Of pauper as king | Pakistan Today

Of pauper as king

Nizam Sakka is one of those stories that can make for meaningful theater – if the producers choose so. The recent enactment of Nizam Sakka was by Theatre Hub. This is a play of two acts, and the difference between the two acts is stark.
The story is rather simple. A pauper, Nizam Sakka, saves Mughal Emperor Humayun’s life and in return Humayun makes him king for a day. The role reversal is used to create comedy. Setting up the scene, untastefully: The first act begins with too low a tone, becomes amateurish, and ends with one sexual innuendo too many to remain tasteful. The first part aims to set up the character of Nizam Sakka, a village pauper, his day-to-day experience of life and his experience of the Mughal Empire.
The first part sets up the audience – but it presumes the audience to be novices. There are good parts in it too, for example, the use of the song, ‘Chala Mera Jee Dola,’ with different lyrics at different moments was able to create genuine laughter.
The characters are Nizam, his wife and son with the setting of the village. The first part also attempts to show the relationship of the Mughal subjects to the Mughal rulers – and how the peasantry reacts to times of war.
The potential lies in exploring the tensions within the village environment (husband-wife, father-son, low caste-high caste, subject-ruler) meaningfully but unfortunately while some of it is done successfully, none of this is ever established because of the recourse to sexual innuendos taken at each step.
It is almost as if the writer and director lack confidence in being able to provoke humour from the contradictions within the script and resort to a formulaic escape.
From Mughal court to Sakka’s court: The second act, however, comes off better and more mature through its reversal through comedy of the practices and language of the Mughal court. The character of the royal jester shines. His sly punch lines such as calling out the practice of repeating orders of the king by saying, ‘Aik doosre pe aitabaar kiya kero! (trust each other!)’; his appearance of a challenge to Humayun’s authority within his court show the potentials of a play that could have been used to pun upon the relation between kings and paupers, of badshahs and their riyayas (kings and their subjects), to overturn it and make kings appear human.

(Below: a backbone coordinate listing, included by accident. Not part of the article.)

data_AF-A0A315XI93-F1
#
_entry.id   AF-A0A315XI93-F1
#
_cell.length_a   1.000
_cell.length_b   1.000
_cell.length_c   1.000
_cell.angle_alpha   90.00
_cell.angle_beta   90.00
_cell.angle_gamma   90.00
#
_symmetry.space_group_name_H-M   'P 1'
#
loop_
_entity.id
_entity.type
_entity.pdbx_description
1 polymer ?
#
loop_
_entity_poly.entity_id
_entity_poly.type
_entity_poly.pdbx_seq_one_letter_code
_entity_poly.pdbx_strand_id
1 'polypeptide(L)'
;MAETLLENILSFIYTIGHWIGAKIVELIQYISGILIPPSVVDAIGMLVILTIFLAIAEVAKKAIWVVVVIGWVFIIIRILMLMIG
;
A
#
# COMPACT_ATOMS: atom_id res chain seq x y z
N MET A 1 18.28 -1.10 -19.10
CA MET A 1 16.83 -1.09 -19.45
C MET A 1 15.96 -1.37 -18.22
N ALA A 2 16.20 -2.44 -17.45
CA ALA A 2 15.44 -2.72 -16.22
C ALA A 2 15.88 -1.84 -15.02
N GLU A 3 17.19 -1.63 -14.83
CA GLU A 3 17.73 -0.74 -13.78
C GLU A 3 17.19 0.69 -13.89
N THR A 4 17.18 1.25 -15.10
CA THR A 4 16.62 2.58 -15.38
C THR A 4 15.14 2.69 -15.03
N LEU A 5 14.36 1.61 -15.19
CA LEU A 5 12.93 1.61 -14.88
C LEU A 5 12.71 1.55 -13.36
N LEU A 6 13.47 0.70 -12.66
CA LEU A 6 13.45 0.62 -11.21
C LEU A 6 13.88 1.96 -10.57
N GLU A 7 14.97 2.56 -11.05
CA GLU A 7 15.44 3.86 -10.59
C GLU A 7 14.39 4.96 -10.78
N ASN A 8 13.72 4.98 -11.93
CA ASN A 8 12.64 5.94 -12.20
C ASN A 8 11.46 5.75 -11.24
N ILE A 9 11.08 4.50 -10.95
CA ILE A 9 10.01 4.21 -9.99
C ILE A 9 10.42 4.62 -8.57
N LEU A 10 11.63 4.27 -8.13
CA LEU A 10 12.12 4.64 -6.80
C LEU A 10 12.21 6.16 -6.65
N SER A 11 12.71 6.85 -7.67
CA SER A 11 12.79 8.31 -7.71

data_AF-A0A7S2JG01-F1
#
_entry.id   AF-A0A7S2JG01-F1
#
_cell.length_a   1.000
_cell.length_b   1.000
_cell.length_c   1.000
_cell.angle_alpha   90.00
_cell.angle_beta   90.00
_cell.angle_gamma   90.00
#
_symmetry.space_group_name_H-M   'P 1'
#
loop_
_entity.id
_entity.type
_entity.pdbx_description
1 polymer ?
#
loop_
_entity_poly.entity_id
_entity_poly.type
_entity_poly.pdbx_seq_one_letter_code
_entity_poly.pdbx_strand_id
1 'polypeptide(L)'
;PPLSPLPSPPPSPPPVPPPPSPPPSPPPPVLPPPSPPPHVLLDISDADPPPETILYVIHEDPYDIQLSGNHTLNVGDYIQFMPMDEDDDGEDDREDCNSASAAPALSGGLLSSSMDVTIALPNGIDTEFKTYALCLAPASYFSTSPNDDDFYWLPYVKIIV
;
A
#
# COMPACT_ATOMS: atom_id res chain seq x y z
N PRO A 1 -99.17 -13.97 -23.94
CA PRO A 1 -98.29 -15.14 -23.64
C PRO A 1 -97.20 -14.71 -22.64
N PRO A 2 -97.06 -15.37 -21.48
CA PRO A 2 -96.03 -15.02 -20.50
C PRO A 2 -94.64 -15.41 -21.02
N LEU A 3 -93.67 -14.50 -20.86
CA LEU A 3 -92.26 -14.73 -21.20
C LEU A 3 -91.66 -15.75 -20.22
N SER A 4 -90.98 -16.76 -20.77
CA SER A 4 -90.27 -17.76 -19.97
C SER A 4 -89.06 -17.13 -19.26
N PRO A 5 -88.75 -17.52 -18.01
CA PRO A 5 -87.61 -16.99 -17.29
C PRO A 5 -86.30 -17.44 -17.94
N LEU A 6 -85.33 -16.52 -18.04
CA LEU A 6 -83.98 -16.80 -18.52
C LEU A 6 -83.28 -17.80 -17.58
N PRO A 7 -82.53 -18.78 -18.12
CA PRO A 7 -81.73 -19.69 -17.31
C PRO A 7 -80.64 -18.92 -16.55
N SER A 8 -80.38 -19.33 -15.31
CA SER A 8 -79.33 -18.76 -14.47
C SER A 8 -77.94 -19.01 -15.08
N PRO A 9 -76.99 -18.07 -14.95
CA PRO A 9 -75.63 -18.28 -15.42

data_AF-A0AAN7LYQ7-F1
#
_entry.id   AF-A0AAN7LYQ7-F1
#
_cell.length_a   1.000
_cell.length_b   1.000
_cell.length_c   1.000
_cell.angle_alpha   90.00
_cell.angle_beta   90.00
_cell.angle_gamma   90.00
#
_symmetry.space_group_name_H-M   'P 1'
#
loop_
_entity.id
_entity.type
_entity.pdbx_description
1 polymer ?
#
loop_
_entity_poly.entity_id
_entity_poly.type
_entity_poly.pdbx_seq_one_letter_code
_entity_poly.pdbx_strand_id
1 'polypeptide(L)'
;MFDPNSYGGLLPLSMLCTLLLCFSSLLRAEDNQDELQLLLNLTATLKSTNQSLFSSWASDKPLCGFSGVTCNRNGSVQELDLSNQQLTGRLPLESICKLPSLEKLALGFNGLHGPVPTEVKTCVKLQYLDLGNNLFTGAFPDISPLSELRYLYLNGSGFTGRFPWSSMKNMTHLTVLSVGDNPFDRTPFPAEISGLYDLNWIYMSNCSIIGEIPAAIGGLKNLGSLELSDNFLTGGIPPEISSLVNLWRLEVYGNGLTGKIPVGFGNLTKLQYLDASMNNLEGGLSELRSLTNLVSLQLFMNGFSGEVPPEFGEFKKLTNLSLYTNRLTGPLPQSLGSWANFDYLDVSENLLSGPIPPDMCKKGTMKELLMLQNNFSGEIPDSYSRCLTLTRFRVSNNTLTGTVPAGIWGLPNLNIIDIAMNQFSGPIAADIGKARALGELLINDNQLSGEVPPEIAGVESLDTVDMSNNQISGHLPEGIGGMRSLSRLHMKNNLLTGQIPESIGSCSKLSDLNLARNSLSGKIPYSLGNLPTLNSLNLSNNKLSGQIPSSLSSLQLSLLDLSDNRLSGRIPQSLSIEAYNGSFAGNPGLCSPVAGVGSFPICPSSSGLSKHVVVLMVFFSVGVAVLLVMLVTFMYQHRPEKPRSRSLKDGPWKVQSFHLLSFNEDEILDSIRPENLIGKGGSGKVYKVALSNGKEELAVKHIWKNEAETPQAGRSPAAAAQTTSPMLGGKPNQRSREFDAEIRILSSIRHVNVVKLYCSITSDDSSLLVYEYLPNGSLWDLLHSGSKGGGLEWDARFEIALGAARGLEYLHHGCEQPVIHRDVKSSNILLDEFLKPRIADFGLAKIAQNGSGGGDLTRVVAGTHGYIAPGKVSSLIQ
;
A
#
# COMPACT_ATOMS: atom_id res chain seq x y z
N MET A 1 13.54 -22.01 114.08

The dance of the courtesan, well-crafted and showing finesse, is worth a mention. The most powerful part of the play comes when Nizam Sakka is brought to Humayun’s court. First, he denies knowing Humayun and wishes to leave, once Humayun is able to make him remember he becomes confident. When asked by Humayun to fulfill one wish, he asks for the floods in the river to stop. When Humayun says it is not in his control, Sakka pokes fun at him.
Punning upon the ‘rules of the court’: It is at the court when the play touches its highs. Whence Nizam takes the throne, the court apparently catapults into a frenzy of nonsense. But it is important to understand that all the courtrooms’ apparent nonsense follows a strict enactment of the ‘rules of the court’. It is here that the play partially attempts to offer meaningful social commentary through a comedic role-reversal.
One, when Nizam mocks the entire court for mimicking every nonsensical move he makes. It is used by the play’s writers as an attempt to satirise the culture of advisers that remains the set standard for modern government. Spoken from the pauper-kings’ mouth, the phrase “advisers must dissent” has a powerful symbolic value.
The second, when Nizam Sakka, the pauper king, is asked to decide a case. Here – the writers are able to satirise the practices around delivering justice. Of course, the choice of case and its theatrical enactment leaves questions. The case brought to the court is of a woman upon whom two men lay claim- one, a tailor, and the other a leather-worker. When the qazi asks for calling witnesses, Nizam makes a pointed remark, “witnesses make the case more complicated.”
Nizam resolves the matter by making the woman smell a leather strap, to which she is repulsed, and concludes she is the tailor’s wife. It is a pointed remark on the judicial system, but again, the presentation of the woman as a man’s object remains. The woman herself had uttered she was the leather-worker’s wife and that plays no part in Nizam’s reading of the case. However, one could consider this reading too much in a play intended for meaningful, but light-hearted humour. Regardless, it is important to ask theatre writers to ask these questions when re-enacting old scripts.
What need not be forgotten is that, although the play did close to a packed Alhamra Hall 2 audience, as a theatre-goer I felt cheated from watching what could have been a very good play by some formulaic scriptwriting.
Pakistan’s younger generation of theater producers would do well not to under estimate the intelligence of their audiences and recognize their own role in shaping audiences. Audiences need to be challenged by theater producers, not the other way round. Sexual innuendos, it may be repeated, may bring a few cheap laughs – but do not allow a play lasting impact.



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